Updated: Jul 30, 2022
This is a difficult topic to talk about, especially in Seychelles where the topic of sexual abuse is quite controversial and a lot of times hidden from the public eye (especially when it happens at home).
It is also difficult for parents to address this issue with their children especially when they are younger. It can be especially difficult for parent of children with Autism Spectrum Disorder (ASD), Intellectual Disability and other neurodevelopmental conditions to address this topic in way their child will understand.
But! It is an essential topic to discuss with any child especially children with neurodevelopmental conditions and specific difficulties.
What does the stats say?
According to past studies including a more recent one by Nixon et al., 2017, individuals with Autism Spectrum Disorders (ASD) and Intellectual Disabilities (ID's) are at greater risk of experiencing sexual abuse, victimisation and physical abuse compared to the general population.
Furthermore, based on a study by Mukherjee, Dave, & Chavda (2019) children with autism have been found to be at higher risk of sexual abuse because of their functional impairment in social interaction, social communication, and symbolic imagination.
Based on data revealed by the American National Public Radio (NPR) in 2018 on the prevalence of sexual harassment and assault among people with ID's and ASD.
People with ID's and ASD are :
Sexually assaulted at a rate seven times higher than those without disabilities.
More likely to be assaulted by someone they know and during daytime hours.
"Children with Autism, ID and other neurodevelopmental disorders are 7x more likely to experience sexual abuse"
Sexual predators target people with intellectual disabilities and neurodevelopmental conditions because they know they are more vulnerable, can sometimes be easily manipulated into "keeping the secret" and can have difficulty testifying in court. As a result, the crimes mostly go unrecognized, unprosecuted and unpunished leaving the abuser free to abuse again.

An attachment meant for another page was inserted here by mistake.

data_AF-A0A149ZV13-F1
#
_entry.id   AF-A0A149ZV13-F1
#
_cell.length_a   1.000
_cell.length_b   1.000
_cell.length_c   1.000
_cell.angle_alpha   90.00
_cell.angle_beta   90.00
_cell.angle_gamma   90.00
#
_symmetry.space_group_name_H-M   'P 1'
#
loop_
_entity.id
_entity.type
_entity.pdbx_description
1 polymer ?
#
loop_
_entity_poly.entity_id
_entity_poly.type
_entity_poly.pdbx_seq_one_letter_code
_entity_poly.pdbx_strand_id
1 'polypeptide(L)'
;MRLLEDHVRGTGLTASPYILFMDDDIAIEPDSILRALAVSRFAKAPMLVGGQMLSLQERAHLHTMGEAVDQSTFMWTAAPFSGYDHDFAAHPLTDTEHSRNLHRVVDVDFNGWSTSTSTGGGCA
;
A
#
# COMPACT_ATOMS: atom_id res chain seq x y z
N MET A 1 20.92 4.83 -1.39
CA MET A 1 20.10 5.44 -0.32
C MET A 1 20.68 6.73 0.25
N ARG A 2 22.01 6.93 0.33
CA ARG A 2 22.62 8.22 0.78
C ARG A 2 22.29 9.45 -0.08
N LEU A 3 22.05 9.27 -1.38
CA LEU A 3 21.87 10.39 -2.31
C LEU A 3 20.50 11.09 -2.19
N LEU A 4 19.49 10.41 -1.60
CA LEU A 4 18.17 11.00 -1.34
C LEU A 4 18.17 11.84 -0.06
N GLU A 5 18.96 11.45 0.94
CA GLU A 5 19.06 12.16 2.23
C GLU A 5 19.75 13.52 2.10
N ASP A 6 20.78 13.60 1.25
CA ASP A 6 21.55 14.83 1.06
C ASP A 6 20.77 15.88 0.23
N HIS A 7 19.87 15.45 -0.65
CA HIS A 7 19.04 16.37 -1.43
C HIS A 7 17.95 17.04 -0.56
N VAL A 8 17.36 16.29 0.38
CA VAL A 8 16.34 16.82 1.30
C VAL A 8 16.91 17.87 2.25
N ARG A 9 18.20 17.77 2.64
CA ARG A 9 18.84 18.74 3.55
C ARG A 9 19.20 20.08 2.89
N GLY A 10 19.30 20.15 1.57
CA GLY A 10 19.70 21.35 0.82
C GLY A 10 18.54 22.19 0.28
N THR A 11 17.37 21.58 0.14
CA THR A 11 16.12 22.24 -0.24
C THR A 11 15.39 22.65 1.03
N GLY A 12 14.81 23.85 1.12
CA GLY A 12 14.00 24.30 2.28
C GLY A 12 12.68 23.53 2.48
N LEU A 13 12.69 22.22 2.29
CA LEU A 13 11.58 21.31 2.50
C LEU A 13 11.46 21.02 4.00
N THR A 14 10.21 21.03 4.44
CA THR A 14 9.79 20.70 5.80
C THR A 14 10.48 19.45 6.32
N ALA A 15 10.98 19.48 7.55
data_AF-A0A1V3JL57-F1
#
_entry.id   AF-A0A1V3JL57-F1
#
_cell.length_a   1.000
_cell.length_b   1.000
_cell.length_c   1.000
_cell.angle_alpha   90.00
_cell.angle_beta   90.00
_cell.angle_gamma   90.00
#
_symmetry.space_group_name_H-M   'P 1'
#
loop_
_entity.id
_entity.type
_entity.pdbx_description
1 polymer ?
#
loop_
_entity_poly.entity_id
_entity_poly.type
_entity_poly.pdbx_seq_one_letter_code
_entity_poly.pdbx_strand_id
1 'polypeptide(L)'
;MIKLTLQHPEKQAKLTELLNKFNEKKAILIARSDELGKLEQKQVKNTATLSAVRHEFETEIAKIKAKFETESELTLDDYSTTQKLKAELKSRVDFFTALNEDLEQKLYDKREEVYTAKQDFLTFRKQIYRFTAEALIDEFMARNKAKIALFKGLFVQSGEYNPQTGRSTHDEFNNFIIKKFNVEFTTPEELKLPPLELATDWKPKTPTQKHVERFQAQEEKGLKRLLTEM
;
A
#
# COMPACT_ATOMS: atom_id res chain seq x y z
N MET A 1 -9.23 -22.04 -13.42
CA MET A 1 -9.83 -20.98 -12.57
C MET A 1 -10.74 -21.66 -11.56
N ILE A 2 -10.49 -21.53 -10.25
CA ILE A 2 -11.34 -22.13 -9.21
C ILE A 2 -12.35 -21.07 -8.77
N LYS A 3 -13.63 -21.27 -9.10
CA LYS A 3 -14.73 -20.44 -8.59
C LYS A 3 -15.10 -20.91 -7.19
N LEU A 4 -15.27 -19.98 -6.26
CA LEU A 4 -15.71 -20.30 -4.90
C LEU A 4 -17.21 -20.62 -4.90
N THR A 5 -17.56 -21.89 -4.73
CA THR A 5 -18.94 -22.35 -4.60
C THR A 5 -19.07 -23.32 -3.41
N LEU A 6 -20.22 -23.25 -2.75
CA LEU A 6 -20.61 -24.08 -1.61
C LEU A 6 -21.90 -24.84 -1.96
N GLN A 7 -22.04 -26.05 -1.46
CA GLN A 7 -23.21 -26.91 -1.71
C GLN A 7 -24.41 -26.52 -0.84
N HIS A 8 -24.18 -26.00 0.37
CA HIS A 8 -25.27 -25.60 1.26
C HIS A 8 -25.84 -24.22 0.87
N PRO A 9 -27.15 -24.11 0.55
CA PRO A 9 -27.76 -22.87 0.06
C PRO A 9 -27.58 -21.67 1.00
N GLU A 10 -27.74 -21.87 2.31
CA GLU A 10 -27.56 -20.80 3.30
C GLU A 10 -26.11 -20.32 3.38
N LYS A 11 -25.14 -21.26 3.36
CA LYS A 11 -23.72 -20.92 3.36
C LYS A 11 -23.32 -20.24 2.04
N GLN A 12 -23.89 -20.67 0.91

What about in Seychelles?
There is a challenge to get statistical information in Seychelles especially since many cases of sexual abuse are not reported and documented in the first place, let alone those of children with disabilities or neurodevelopmental conditions. This does not mean it doesn't happen though.
"The absence of evidence is not the evidence of absence".
Even if we don't have information on prevalence we still need to talk about prevention and protection of these children as it is important for their quality of life.
What can parents do to prevent it and protect their child?
So what do you do?
Talk and Teach
It may not seem important to teach young adults with a neurodevelopmental condition about sexuality with the assumption that it is unlikely to become a part of their lives. However, this is not the case.
Sexual education from parents is very important for people with neurodevelopmental conditions because they are less likely to learn about it from their peers, movies etc. People with these conditions must know the difference between appropriate and inappropriate behaviour and to distinguish between the various types of healthy relationships.
You need to definitely make your child understand their safety and their sexuality.
Start as EARLY as possible! and Be DIRECT ! To do this effectively you need to cover these 3 areas:
Social competence in situations that may not be safe (or any other situations actually)
Individual values they should maintain for themselves
Basic facts about sexuality and personal safety
What skills do you need to teach?
Understanding personal privacy: Teach your child who can and who cannot help them in the bathroom, toilet, changing rooms, bedrooms and with personal care skills.
Closing and locking bathroom, stall doors or even bedroom doors (in extended family households). Teach your child/adolescent how to identify body parts using adult terminology (e.g., penis instead of peepee)
Ask them to come to you whenever they feel unsure or frightened by a situation. To do this you need to:
Encourage your child/adolescent to talk and confide in you
Teach them how to use public toilets independently
Teach them to restrict nudity to personal bathrooms or their bedroom
Teach them about appropriate personal space for both themselves and personal space of others
Teach them how to say "NO" and leave the situation when someone touches them appropriately.
You also need to teach your child skills that will prevent the likelihood of them being targeted by sexual predators. Some of there are:
Avoid focusing exclusively on “stranger danger”: Keep in mind that most children are abused by someone they know and trust so teaching the above safety skills need to be emphasised for both outside the home and inside.
Teach children about body safety and the difference between “okay” and “not okay” touches or language: Teach your child about acceptable body touches and no no's so they know, either way if its someone they know that the touches or words are no no's.